William A. Johnson, Department of Classics, University of Cincinnati

Ancient Greek Music on Papyrus:

Two New Fragments

                  

The Yale Musical Papyrus                   The Michigan Instrumental Papyrus

 (Click on either of these images to hear the music represented on these ancient papyri)

Among the many extraordinary treasures that have been dug from the sands of Egypt are the musical papyri: scraps of papyrus (the ancient equivalent of paper) containing musical notation. While it is certainly true that we do not know specifically what the melodies of Sappho sounded like, or the choruses of Sophocles, the frequent complaint that ancient Greek music is "lost" is overstated.

In fact, we know quite a lot: we know a great deal about the rhythms of the music, since these are reflected in the metrical patterns of Greek verse. We know much about the musical system, that is, how the scales were conceived and the like, since by a near miracle the works of several Greek musical theorists survive. We can infer much about the instruments, using as evidence surviving fragments of ancient instruments, depictions on vases and wall paintings, literary descriptions, and cross-cultural comparison.

Most spectacularly, though, we also know something of the melodies, since over 30 melodies or collections of melodies come down to us. A couple are passed down through the medieval tradition. Five are preserved on stone inscriptions. The rest, however, survive on the waste paper of antiquity -- papyrus -- and many of these papyri have been published only recently. Most are very fragmentary, preserving only a few notes here, a couple of phrases there; but the sum of the parts does, in fact, give us a vivid idea of how ancient music sounded.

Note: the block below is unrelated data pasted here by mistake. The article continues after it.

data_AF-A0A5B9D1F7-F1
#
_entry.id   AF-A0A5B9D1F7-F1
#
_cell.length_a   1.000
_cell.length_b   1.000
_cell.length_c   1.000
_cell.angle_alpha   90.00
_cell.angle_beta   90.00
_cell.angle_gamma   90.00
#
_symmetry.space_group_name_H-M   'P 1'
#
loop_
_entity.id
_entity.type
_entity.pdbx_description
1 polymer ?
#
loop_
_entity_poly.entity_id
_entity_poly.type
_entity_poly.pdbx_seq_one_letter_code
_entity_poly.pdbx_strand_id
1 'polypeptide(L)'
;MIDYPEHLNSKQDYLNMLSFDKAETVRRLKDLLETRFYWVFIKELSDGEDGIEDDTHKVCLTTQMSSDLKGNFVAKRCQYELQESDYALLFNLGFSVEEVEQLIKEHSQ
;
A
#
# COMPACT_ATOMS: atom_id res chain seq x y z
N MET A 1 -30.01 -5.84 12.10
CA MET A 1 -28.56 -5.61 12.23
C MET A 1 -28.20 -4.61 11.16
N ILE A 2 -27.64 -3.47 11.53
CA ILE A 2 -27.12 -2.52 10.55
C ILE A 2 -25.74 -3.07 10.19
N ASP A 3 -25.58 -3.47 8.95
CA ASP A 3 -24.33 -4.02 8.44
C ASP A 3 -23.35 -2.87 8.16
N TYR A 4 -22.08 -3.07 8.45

Indeed, these are heady times for students of ancient music. The gradual accumulation of evidence permits us to begin to sketch with some specificity what ancient music was like, particularly for early Roman empire (the first and second centuries AD). The music of those times was, in a word, extravagant-- sinuous, florid, even histrionic. For those interested in the details, I particularly recommend (aside from my own work, below) a landmark book that is both scholarly and reasonably accessible: M. L. West’s Ancient Greek Music (1992).

I have had the good fortune to publish two new papyrus fragments with ancient Greek musical notation (both currently in press; follow the links to hear the music):

P. Yale CtYBR inv. 4510. A fragment of (probably) two Greek songs. Above each line of Greek is notation that looks mostly like Greek letters, but is in fact vocal musical notation. (Interestingly, ancient musicians had two completely separate systems of musical notation, the one meant for voice, and the other for instruments.)

 

 

P. Mich. inv. 1205r. A fragment containing partial lines of instrumental musical notation, perhaps meant for an ancient aulos (which was a woodwind akin to the modern oboe).


1. Further reading (introductions to ancient Greek music)